“If you follow my instructions exactly, you’ll be debt free in the next thirty minutes. You’re a good person, and we want to help. Are you ready?”

“Yeah, for sure.”

“There’s a taxi approaching from the south side of Hastings. I want you to get in.”

The taxi pulled up to the sidewalk in front of Jacob and the driver made eye contact. Jacob held his phone with his cheek and shoulder as he got into the cab. The taxi started driving immediately, heading towards the waterfront district.

Angling his shoulder against the cab’s back window and Jacob whispered, “I don’t have any money.”

“No matter, your fare has been taken care of,” Cynthia said.

“Thanks,” Jacob said.

How did they know so much about him? Surely, rent information wouldn’t be available on the internet. Jacob imagined Rich’s greedy pink face with his gold-coin grin and predatory eyes. The bastard definitely wasn’t above posting personal information online. He’d been in the tech sector before taking up the title of land baron. How did the cab find him though?

“How did you find me?” Jacob said.

“Triangulation,” Cynthia said. “This is 2017 Jacob, anything is possible.”

Jacob nodded because that’s how they always found people on TV shows.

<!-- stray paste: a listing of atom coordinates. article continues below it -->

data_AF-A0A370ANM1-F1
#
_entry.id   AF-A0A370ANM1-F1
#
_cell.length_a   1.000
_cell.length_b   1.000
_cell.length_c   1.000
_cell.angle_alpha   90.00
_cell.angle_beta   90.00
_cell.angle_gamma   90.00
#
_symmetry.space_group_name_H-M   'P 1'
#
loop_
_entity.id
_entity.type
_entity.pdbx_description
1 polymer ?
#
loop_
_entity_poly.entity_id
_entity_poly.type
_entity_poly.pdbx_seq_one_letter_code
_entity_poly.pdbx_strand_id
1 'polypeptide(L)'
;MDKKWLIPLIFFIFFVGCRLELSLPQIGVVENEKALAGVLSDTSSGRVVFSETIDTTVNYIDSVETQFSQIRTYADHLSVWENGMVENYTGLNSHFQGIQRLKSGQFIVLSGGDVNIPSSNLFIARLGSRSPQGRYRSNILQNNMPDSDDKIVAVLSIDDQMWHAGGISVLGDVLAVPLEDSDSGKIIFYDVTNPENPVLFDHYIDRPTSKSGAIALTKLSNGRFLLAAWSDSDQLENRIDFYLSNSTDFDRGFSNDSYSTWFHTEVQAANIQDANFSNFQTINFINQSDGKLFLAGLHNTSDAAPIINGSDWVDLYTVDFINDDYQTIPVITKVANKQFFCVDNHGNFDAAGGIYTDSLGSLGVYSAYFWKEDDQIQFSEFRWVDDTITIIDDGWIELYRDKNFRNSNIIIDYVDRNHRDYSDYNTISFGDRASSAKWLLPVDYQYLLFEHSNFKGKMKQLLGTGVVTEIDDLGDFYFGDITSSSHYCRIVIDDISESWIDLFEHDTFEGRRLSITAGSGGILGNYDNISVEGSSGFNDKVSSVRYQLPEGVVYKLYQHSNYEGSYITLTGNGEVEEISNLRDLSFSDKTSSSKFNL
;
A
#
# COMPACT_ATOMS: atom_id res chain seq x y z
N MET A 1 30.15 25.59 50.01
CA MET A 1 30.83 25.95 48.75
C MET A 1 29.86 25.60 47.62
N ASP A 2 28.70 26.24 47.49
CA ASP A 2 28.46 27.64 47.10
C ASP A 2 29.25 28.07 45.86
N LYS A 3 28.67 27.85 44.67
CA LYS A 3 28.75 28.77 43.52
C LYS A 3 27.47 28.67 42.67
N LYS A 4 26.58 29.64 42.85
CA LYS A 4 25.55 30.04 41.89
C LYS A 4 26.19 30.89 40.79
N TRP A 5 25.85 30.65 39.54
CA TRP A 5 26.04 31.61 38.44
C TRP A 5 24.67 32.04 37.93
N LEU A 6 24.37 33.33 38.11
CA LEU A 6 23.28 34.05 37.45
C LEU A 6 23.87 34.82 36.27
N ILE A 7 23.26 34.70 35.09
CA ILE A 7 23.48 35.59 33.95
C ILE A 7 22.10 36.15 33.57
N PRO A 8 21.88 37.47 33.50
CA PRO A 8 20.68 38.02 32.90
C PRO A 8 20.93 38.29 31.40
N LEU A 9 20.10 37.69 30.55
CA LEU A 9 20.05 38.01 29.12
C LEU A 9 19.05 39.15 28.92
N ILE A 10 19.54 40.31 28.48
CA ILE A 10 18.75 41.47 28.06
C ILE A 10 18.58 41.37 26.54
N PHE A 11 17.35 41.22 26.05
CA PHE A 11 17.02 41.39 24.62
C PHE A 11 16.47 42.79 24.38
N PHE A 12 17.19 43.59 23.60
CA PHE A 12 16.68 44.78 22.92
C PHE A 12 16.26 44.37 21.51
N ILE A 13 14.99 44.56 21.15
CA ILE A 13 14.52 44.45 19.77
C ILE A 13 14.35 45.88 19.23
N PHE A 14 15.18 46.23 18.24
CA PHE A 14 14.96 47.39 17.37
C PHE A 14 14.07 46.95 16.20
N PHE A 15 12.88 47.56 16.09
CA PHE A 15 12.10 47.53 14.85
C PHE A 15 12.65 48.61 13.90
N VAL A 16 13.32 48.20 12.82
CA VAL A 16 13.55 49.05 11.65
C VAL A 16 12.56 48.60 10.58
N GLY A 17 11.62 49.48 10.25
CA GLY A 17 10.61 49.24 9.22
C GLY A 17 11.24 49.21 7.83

The cab pulled up outside of a beach-front playground along the waterfront district and Jacob got out. “Thanks,” he said, but the cab already pulled away from the curb and circled back towards Main and Hastings.

“What now?” Jacob asked.

“A black sedan is going to pull up. Get into the back seat,” Cynthia said.

“All right,” Jacob said. He reached into his pocket and pulled out a pack of cigs. Knocking the bottom of the pack with his palm, Jacob lifted one of the smokes to his lips and lit the end.

A black sedan pulled up before he took a single drag.

“You mind if I smoke inside?” Jacob asked. No response from the tinted windows.

Jacob sighed, threw down his smoke and got into the sedan.

The doors locked as soon as he closed the door and Jacob settled onto the jet-black leather seats. Jacob turned to look around the car and leaned back in surprise. A tinted divider separated the back seats from the driver, and other than Jacob, the back of the sedan was empty.

The sedan started to drive, and Jacob tried the windows. Child’s lock? Really? The sedan wove through the waterfront district passed embarking cruise ships and sped into the underground tunnel connecting the north side of the city.

“Where are we going?” Jacob said.